Okay – Tip number 3: Chunk everything down.
Both in terms of tasks and in terms of time.
Here’s what I mean…
Never tackle an essay by sitting down to write an essay.
Yep, don’t tackle an essay, by sitting down to write an essay!
Here’s what to do instead…
a) First of all, sit down for 15 mins to dissect the essay title and PLAN the essay content and structure – just like I said in tip 2.
b) Then get up, have a quick break and then spend 15 mins finding the evidence, examples or quotes for each of the body paragraphs you’ve just planned.
c) Then spend 10-15 mins drafting body paragraph 1, then the same for body paragraph 2 etc etc.
And captain-obvious bonus tip – none of those should involve your phone!
If you need it for accessing an email or photos or whatever, get those things up in the planning or getting organised time and then switch off the data or wifi.
Leave me a comment on this page to let me know how you go, and until next week, let’s make this a brilliantly productive week! 🙂
If your teen’s ever uttered the words ‘what’s even the point of exams?’ (or maybe you have too!)
then listen in,
because if we consider exams as just a thing to be passed to get the grades for whatever lies ahead in life, then we’re missing out on some hidden opportunities.
Don’t worry – I’m not gonna try to convert you into some sort of exam board cult,
I just want to give you a positive angle to consider.
Because, yes, exams are partly a tool to judge ability in a subject or a skill,
they do test knowledge of whatever topics are being assessed.
But what if they really were more useful than that?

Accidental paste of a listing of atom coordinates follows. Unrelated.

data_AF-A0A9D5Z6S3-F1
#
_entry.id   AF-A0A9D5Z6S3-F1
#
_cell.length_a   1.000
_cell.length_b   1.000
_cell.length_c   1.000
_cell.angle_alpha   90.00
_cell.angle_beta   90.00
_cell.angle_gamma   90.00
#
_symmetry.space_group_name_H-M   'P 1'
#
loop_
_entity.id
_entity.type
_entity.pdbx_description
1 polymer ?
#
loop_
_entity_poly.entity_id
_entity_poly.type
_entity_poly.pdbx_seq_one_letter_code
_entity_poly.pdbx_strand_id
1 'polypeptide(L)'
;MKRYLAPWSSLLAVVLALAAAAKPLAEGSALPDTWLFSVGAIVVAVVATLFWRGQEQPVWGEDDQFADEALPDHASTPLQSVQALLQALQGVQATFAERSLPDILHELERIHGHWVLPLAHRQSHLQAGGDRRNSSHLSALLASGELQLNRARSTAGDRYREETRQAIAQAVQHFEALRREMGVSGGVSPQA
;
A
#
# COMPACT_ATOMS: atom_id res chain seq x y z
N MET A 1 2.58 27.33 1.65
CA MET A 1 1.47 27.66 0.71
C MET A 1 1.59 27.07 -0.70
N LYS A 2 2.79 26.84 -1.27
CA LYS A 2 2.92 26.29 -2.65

Because here’s what else exams are:
They’re a test of being able to decipher what people are really asking for.
The information or skills the examiners or teachers want students to show.
In fact I had a savvy parent actually say this to me a few years ago…
Her son was doing the 10Wk Grade Transformation Program and she’d watched some of Catapult 7 with him, which dives deep on one of the 6 elements of exam technique.
And she told me that it really isn’t much different to what she has to do at work.
From what her clients tell her, she has to work out what they want, exactly what they’re asking for and then translate that into what she proposes or provides for them.
So, maybe exams do have some real-world application after all.
Maybe they do actually have some purpose and skills that translate and serve us beyond the exam hall and results day.
Because if students can become masters of working out what people want from the words they use and get brilliant at giving them exactly what they want,
in a clear and efficient way,
then that’s sure to serve them well in life and their career, right?
So, here’s how I choose to see exams:
– Yes, they demand good subject knowledge.
– Yes, they require certain skills, like source analysis skills or numeracy skills for example.
– But beyond that, they require an ability to dissect the wording of questions,
– and be able to understand and act on that information,
– to provide a response that fulfils the needs and wants of each question.
This is why, as you’ll have heard me say before, all the subject knowledge in the world is useless if your teen doesn’t have the tools and strategies to do those things.
And it’s why so many hardworking and intelligent students still don’t get the results they deserve to get,
the grades they could and should be getting in their exams.
So, maybe there is more to exams than just testing subject knowledge.
Maybe they actually are useful for later life.
And maybe they’re about teaching students more than just learning and memorising facts and info.